How is Bitcoin and Other Cryptocurrency Taxed?

Cryptocurrency taxation in five leading jurisdictions

If you own and use any crypto personally or in business, you’ve probably started investigating your potential tax obligations. But how is cryptocurrency taxed? The answer can be complicated.

With the rise of cryptocurrency and altcoins, more nations are looking to formalise their taxation guidelines to help people identify the taxability of cryptocurrency. With the absence of such formal guidelines, many people remain unsure if cryptocurrency in general is taxable– the timing for when they become taxable, and how they taxed.

This post aims to provide a summary of cryptocurrency taxation in five leading jurisdictions that have issued formal tax regulations.

1. Cryptocurrency Taxation in the United States of America

Internal Revenue Service (IRS)

How are cryptocurrencies taxed in the US? Virtual currency is treated as property for U.S. federal tax purposes. Below are some of the key guidelines broken down into the type of transaction.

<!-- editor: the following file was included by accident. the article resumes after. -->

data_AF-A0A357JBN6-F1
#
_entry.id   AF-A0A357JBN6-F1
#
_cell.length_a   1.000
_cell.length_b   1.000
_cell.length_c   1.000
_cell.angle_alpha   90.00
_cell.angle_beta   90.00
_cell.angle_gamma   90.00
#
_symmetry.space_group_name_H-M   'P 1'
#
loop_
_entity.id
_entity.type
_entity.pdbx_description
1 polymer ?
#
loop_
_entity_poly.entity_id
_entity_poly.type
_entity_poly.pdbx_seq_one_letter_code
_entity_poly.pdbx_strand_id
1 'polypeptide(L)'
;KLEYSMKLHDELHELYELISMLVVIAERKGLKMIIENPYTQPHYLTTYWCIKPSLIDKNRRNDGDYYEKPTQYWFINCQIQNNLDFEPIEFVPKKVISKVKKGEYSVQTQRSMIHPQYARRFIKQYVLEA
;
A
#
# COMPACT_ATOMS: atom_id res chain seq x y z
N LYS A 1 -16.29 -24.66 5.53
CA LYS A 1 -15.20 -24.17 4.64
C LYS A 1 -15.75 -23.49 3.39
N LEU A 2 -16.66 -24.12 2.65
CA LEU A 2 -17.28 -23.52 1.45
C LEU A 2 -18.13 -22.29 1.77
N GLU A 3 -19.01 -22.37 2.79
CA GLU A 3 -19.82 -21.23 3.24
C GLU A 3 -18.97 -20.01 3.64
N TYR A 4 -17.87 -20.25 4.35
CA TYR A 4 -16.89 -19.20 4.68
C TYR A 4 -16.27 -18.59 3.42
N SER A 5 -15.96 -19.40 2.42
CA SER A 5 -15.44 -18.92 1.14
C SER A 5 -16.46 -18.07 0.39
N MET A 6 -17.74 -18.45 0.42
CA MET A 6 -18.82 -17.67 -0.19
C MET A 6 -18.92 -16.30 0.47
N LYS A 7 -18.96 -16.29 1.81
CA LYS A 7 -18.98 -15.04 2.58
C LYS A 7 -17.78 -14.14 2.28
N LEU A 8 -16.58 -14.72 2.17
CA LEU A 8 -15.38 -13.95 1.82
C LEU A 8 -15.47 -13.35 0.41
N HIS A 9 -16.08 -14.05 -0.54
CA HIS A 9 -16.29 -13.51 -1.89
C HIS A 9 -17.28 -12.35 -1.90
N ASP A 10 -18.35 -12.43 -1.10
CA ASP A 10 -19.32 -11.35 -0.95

Virtual currency as payment for goods or services

When computing gross income- the IRS suggests to include the fair market value of the virtual currency measured in U.S. dollars, as of the date that the virtual currency was received.

If the fair market value of property received in exchange for virtual currency exceeds the taxpayer’s adjusted basis of the virtual currency, the taxpayer has a taxable gain. The taxpayer has a loss if the fair market value of the property received is less than the adjusted basis of the virtual currency.

In such case, the virtual currency used to pay for the goods and services will be treated similarly to that of a sale of virtual currency.

Sale or exchange of virtual currency